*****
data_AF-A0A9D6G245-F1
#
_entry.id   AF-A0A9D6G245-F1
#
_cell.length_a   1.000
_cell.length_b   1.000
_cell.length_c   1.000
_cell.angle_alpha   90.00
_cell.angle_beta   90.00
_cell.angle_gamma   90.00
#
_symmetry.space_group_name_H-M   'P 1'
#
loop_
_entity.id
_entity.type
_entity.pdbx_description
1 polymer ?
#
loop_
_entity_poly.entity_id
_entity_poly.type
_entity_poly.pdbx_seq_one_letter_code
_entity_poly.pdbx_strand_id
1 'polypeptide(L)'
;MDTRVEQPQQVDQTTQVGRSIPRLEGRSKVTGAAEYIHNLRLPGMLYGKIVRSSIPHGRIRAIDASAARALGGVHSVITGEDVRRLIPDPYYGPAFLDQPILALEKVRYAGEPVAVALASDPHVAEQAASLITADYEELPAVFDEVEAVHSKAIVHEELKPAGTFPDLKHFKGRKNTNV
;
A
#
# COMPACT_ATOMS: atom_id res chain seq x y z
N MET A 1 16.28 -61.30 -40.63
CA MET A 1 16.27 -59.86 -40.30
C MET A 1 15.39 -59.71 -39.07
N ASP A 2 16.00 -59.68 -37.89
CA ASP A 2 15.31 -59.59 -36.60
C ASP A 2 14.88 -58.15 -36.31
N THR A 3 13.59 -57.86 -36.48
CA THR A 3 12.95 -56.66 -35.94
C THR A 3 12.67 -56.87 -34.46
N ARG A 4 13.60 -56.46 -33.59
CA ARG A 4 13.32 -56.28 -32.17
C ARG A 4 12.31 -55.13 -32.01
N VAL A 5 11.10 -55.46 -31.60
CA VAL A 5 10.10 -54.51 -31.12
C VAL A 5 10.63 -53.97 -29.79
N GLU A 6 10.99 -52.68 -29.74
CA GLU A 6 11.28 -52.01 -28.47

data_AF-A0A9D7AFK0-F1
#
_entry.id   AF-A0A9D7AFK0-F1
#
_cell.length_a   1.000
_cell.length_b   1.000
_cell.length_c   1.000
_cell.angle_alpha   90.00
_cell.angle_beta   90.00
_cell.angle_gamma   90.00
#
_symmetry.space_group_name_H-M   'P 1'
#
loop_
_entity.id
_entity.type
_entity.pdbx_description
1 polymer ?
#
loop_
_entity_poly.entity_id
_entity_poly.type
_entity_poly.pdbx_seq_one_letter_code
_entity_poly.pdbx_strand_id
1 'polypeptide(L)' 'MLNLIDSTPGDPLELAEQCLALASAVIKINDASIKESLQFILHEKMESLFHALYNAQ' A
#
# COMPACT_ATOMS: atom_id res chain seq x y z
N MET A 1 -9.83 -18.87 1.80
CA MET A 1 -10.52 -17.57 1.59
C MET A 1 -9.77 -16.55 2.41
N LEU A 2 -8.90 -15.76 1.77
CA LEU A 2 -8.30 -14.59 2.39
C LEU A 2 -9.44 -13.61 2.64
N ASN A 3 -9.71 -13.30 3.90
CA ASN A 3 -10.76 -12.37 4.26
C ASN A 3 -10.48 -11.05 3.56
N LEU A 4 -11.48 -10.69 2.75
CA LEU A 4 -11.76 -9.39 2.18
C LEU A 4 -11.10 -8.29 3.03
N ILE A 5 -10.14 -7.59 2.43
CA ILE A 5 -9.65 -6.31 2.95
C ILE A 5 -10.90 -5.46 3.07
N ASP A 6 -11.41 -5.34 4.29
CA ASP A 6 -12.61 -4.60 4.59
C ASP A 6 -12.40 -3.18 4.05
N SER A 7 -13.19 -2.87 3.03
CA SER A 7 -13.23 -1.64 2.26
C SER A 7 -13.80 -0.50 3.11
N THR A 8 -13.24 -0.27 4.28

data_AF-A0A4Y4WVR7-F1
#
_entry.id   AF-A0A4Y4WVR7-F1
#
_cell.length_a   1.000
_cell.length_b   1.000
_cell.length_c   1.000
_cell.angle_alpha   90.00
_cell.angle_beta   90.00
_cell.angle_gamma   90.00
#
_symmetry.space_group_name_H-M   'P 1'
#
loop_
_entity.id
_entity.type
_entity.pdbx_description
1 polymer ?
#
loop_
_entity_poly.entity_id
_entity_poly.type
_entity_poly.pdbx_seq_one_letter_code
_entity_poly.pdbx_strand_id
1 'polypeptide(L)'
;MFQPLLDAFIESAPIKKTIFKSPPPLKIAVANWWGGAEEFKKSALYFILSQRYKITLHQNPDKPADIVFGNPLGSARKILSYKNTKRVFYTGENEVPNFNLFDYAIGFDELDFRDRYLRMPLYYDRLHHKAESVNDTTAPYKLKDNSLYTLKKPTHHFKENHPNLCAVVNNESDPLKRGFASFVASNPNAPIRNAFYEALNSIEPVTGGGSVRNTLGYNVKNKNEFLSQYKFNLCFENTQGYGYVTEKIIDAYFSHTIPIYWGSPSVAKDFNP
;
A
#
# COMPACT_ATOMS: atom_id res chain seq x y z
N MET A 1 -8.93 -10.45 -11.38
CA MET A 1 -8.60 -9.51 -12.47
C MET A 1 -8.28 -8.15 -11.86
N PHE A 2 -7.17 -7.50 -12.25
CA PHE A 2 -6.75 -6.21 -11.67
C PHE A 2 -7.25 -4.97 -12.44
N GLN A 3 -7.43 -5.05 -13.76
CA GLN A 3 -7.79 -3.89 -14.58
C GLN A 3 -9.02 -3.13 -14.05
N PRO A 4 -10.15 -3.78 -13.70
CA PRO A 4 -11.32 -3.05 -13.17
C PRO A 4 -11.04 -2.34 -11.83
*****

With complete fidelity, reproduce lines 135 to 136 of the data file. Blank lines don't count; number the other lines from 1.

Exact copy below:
C GLN A 3 -9.02 -3.13 -14.05
N PRO A 4 -10.15 -3.78 -13.70